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Posted 22 January 2019 - 06:42 AM

FDA Inspection Violations 2016 (Sanitation)


1. Safety of water that comes into contact with food or food contact surfaces, including water used                      to manufacture ice

​2.  Condition and cleanliness of food contact surface
​3. Prevention of cross-contamination from insanitary objects
​4. Maintenance of hand washing, hand sanitizing, and toilet facilities
​5. Protection of food, food packaging material, and food contact surfaces from adulteration
​6. Proper labeling, storage and use of toxic chemicals
​7. Control of employee health conditions
​8. Exclusion of pests


During these last 5 years I was going to college to study (Food Safety). There were semesters that I couldn't work, since I had 5 and 6 classes. For this reason I worked through staffing agencies. I had the opportunity to work in about 12 different food manufacturing facilities and food processing facilities.


I saw the same observations made by the FDA, in all jobs I worked. A common practice done in most food facilities is to clean the product from the floor as the step before the pre-op. Polluting again the equipment which was already clean.

Another practice I saw in a very large and recognized facility was that they were cleaning the floor even though the production was running. Using the hose at full pressure and introducing the product through the drains with the hose's pressure. And if I keep telling what I've seen, I'd have to make a book about it.


After having observed, asked (interviewed), the Sanitation Technicians and Sanitation Supervisors and Food safety Manager, I have reached the conclusion that many times the high management knows what is happening but there is nothing they can do because, the leaders don't have the right knowledge, or/and the qualities that a leader entails.


To affirm my assertion on one occasion where I was sanitation supervisor the company brought to another sanitation supervisor from Puerto Rico (to California), practically the other side of the United States.


Recently I read, in this blog, a publication of someone from India who said that they performed about 300 hours of training a year. Without exaggeration, I have not received even 10 hours in these last 5 years in my work place. (12 different places)


Tell me about your experience in the Sanitation area.
And how much training have you perform.




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Posted 22 January 2019 - 04:14 PM

In my experience sanitation was ALWAYS contracted out to a big company who only manages food plant sanitation; because of ALL the items you listed above. They do the training, we just make our expectations clear, and they are available for audits and CFIA meetings (when required). Monthly standing sanitation issues, plus a sanitation communication binder for the day to day stuff.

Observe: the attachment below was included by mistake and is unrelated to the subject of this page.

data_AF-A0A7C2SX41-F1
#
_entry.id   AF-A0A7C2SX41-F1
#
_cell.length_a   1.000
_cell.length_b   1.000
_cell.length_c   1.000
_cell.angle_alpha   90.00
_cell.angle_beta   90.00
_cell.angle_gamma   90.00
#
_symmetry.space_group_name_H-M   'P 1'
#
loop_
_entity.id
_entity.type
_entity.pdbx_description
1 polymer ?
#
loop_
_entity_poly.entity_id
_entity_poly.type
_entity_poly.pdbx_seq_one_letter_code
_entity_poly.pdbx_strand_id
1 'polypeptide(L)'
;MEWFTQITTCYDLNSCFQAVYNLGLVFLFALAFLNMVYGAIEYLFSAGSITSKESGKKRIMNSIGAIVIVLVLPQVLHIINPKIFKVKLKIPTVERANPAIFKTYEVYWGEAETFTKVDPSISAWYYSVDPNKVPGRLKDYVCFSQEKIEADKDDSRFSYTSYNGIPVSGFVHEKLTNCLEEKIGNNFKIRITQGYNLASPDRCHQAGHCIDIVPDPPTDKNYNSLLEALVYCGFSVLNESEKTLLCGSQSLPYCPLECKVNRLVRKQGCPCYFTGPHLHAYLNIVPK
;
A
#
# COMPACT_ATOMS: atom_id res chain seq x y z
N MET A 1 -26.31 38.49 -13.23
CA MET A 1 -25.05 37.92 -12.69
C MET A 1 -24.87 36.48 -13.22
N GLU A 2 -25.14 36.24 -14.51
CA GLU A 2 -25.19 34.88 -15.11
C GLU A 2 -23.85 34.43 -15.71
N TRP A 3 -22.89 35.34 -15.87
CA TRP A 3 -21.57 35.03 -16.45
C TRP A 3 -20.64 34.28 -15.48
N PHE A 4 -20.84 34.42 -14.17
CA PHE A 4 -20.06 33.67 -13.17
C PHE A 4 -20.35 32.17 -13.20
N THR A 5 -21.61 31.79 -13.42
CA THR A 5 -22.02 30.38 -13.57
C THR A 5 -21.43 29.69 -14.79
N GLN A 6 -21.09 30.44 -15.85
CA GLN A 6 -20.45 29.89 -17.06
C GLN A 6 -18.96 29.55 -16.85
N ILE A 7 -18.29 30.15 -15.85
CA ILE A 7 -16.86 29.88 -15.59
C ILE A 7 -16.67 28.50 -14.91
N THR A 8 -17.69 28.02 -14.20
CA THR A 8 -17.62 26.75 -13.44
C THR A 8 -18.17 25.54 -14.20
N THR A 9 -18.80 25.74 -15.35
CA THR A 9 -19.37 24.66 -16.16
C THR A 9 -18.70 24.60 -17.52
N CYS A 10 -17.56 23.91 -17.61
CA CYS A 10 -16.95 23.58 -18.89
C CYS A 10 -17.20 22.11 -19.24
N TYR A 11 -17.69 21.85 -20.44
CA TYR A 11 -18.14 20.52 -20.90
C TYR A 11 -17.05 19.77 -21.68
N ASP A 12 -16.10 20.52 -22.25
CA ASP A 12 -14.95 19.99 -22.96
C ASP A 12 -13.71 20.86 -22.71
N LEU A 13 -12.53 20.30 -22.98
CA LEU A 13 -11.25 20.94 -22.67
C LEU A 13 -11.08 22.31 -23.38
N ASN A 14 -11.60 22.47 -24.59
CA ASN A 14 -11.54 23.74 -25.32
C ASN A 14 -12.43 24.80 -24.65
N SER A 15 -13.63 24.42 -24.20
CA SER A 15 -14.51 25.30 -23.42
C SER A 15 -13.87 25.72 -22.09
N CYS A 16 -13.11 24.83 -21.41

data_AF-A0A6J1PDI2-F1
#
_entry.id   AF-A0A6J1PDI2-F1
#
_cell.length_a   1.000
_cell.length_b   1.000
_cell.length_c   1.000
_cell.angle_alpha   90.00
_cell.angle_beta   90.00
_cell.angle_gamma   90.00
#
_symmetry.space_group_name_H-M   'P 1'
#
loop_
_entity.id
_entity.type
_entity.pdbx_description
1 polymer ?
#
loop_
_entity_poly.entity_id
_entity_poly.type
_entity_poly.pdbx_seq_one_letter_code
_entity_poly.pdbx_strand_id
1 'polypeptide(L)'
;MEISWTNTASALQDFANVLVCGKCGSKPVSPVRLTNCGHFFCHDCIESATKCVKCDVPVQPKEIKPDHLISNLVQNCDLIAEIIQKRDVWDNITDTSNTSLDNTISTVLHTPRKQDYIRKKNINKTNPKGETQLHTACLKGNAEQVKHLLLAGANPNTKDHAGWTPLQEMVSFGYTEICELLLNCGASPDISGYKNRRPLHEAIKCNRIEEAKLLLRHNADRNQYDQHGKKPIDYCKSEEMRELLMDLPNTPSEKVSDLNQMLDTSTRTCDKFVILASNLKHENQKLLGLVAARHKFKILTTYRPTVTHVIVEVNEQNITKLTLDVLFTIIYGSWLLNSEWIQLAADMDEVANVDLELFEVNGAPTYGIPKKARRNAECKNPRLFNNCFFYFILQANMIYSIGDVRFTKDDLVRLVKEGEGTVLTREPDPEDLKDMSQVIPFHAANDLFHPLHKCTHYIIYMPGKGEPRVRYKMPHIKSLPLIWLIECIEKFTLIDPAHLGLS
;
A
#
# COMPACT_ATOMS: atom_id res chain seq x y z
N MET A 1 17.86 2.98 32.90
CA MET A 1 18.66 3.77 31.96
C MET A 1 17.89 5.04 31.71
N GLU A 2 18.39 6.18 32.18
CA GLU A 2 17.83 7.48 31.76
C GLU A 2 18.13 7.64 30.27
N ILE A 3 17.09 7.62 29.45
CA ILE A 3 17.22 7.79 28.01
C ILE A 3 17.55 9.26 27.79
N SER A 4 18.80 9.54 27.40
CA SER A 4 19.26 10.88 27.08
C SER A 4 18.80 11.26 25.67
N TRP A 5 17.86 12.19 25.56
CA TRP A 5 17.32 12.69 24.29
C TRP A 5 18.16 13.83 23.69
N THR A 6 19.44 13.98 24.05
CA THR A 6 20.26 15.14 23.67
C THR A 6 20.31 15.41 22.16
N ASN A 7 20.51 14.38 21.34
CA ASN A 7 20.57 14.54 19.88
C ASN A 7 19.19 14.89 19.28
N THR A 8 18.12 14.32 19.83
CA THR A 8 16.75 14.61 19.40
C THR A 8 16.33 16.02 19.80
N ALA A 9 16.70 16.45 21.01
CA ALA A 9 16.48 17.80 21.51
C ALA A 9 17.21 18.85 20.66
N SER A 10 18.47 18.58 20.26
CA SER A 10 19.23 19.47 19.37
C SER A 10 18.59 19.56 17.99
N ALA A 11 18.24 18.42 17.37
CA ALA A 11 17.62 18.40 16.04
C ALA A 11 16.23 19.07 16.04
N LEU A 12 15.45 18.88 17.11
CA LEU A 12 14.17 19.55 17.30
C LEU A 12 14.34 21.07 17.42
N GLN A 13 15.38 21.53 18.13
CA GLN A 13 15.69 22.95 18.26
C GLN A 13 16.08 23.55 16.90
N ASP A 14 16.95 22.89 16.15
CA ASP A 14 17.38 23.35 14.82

They are experts in that field, we are experts in food manufacturing and the risks. Lots of people think it's "just cleaning what's the big deal"  Its a HUGE deal......the only way to remove biofilm (from improper cleaning procedures) is by hand manual scrubbing (there's a couple of products that "claim" to remove it). Never mind spreading pathogens around......


I've been lucky enough to not only hire outside companies, but also use chemicals manufactured by a company with combined food plant sanitation of 150 years. 

Please stop referring to me as Sir/sirs

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Posted 22 January 2019 - 08:22 PM

The experience I had with contract sanitation was not a good one - our department constantly had to supervise and correct the sanitation crew, and they were employed by a well known company in the US that is dedicated to chemical supply and sanitation of food production facilities. I feel like the same amount of time was spent with this contract sanitation group on training, meetings, and supervision as I spent at another company which used its own employees for sanitation. But that was just my experience, I'm sure there are those who would say otherwise.


What you chose to do, whether it's contract or internal, really depends on the size of your facility and how long and involved your cleanup process is. If you use your own employees, enlist the help of a chemical supplier and have the supplier come in and conduct training on how to use their cleaning chemicals, how to test concentrations, etc.  It never hurts to get outside help with training and sometimes I think the employees respond a little better to a change in pace... although I can't imagine our employees get tired of seeing MY smiling face.  :ejut:

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